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Please note that Mommsen uses the AUC chronology (Ab Urbe Condita), i.e. from the founding of the City of Rome. You can use this reference table to have the B.C. dates

THE HISTORY OF OLD ROME

II. From the Abolition of the Monarchy in Rome to the Union of Italy

From: The History of Rome, by Theodor Mommsen
Translated with the sanction of the author by William Purdie Dickson


The History of Old Rome

CHAPTER V - Subjugation of the Latins and Campanians by Rome

ELPENOR EDITIONS IN PRINT

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Page 21

Domination of the Romans; Exasperation of the Latins - Collision between the Romans and the Samnites

After the fall of Veii and the conquest of the Pomptine territory, Rome evidently felt herself powerful enough to tighten the reins of her hegemony and to reduce the whole of the Latin cities to a position so dependent that they became in fact completely subject. At this period (406) the Carthaginians, in a commercial treaty concluded with Rome, bound themselves to inflict no injury on the Latins who were subject to Rome, viz. the maritime towns of Ardea, Antium, Circeii, and Tarracina; if, however, any one of the Latin towns should fall away from the Roman alliance, the Phoenicians were to be allowed to attack it, but in the event of conquering it they were bound not to raze it, but to hand it over to the Romans. This plainly shows by what chains the Roman community bound to itself the towns protected by it and how much a town, which dared to withdraw from the native protectorate, sacrificed or risked by such a course.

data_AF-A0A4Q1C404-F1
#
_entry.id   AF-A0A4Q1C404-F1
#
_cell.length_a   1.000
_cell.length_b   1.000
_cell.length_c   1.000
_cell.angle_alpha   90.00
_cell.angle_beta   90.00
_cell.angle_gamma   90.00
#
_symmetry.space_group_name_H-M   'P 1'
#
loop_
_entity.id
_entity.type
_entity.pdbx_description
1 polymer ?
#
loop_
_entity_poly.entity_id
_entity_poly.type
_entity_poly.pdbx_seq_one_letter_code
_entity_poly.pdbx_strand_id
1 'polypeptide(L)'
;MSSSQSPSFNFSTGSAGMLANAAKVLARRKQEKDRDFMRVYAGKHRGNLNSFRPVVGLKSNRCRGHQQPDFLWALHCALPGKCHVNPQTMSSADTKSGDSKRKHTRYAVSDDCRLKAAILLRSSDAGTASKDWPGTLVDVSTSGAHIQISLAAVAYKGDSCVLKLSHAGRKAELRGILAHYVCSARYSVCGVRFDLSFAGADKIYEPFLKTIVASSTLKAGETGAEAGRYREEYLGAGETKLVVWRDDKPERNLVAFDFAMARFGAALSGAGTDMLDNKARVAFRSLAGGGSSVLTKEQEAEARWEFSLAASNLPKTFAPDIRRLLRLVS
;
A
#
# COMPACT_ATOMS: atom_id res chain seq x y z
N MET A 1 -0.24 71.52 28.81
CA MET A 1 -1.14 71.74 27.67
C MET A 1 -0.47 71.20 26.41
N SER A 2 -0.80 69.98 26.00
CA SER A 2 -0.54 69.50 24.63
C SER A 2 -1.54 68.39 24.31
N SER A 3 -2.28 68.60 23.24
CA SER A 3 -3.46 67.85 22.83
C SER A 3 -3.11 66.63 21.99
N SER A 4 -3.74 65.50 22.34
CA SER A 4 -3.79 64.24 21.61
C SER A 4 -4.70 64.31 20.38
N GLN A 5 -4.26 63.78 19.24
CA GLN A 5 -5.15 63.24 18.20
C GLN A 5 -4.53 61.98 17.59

It is true that even now the Latin confederacy at least--if not also the Hernican--retained its formal title to a third of the gains of war, and doubtless some other remnants of the former equality of rights; but what was palpably lost was important enough to explain the exasperation which at this period prevailed among the Latins against Rome.

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Reference address : https://www.ellopos.net/elpenor/rome/2-05-subjugation-latins-campanians.asp?pg=21